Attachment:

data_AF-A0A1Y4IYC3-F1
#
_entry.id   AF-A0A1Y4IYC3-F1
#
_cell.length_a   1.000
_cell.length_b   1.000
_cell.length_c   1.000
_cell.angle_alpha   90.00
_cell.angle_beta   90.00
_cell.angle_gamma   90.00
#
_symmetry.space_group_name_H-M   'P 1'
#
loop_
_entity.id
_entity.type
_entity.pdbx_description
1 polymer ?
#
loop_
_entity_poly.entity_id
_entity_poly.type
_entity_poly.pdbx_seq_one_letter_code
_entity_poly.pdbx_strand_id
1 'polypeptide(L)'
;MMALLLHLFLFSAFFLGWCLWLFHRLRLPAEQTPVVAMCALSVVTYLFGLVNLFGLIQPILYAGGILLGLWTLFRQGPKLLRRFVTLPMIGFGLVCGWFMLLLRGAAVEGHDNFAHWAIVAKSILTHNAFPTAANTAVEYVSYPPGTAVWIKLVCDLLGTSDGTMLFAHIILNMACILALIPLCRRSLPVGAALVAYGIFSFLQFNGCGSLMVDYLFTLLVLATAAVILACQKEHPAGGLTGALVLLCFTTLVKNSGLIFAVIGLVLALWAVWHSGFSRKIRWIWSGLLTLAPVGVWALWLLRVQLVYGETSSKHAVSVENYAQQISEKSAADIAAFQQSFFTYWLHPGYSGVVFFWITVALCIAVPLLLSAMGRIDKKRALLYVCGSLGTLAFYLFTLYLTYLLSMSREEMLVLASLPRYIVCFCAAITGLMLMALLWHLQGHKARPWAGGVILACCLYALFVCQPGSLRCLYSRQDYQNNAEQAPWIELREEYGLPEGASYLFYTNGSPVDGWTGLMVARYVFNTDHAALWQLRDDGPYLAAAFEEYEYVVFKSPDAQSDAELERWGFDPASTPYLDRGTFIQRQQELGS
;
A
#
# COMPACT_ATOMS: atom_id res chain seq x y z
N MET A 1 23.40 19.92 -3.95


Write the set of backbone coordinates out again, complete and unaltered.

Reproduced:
data_AF-A0A1Y4IYC3-F1
#
_entry.id   AF-A0A1Y4IYC3-F1
#
_cell.length_a   1.000
_cell.length_b   1.000
_cell.length_c   1.000
_cell.angle_alpha   90.00
_cell.angle_beta   90.00
_cell.angle_gamma   90.00
#
_symmetry.space_group_name_H-M   'P 1'
#
loop_
_entity.id
_entity.type
_entity.pdbx_description
1 polymer ?
#
loop_
_entity_poly.entity_id
_entity_poly.type
_entity_poly.pdbx_seq_one_letter_code
_entity_poly.pdbx_strand_id
1 'polypeptide(L)'
;MMALLLHLFLFSAFFLGWCLWLFHRLRLPAEQTPVVAMCALSVVTYLFGLVNLFGLIQPILYAGGILLGLWTLFRQGPKLLRRFVTLPMIGFGLVCGWFMLLLRGAAVEGHDNFAHWAIVAKSILTHNAFPTAANTAVEYVSYPPGTAVWIKLVCDLLGTSDGTMLFAHIILNMACILALIPLCRRSLPVGAALVAYGIFSFLQFNGCGSLMVDYLFTLLVLATAAVILACQKEHPAGGLTGALVLLCFTTLVKNSGLIFAVIGLVLALWAVWHSGFSRKIRWIWSGLLTLAPVGVWALWLLRVQLVYGETSSKHAVSVENYAQQISEKSAADIAAFQQSFFTYWLHPGYSGVVFFWITVALCIAVPLLLSAMGRIDKKRALLYVCGSLGTLAFYLFTLYLTYLLSMSREEMLVLASLPRYIVCFCAAITGLMLMALLWHLQGHKARPWAGGVILACCLYALFVCQPGSLRCLYSRQDYQNNAEQAPWIELREEYGLPEGASYLFYTNGSPVDGWTGLMVARYVFNTDHAALWQLRDDGPYLAAAFEEYEYVVFKSPDAQSDAELERWGFDPASTPYLDRGTFIQRQQELGS
;
A
#
# COMPACT_ATOMS: atom_id res chain seq x y z
N MET A 1 23.40 19.92 -3.95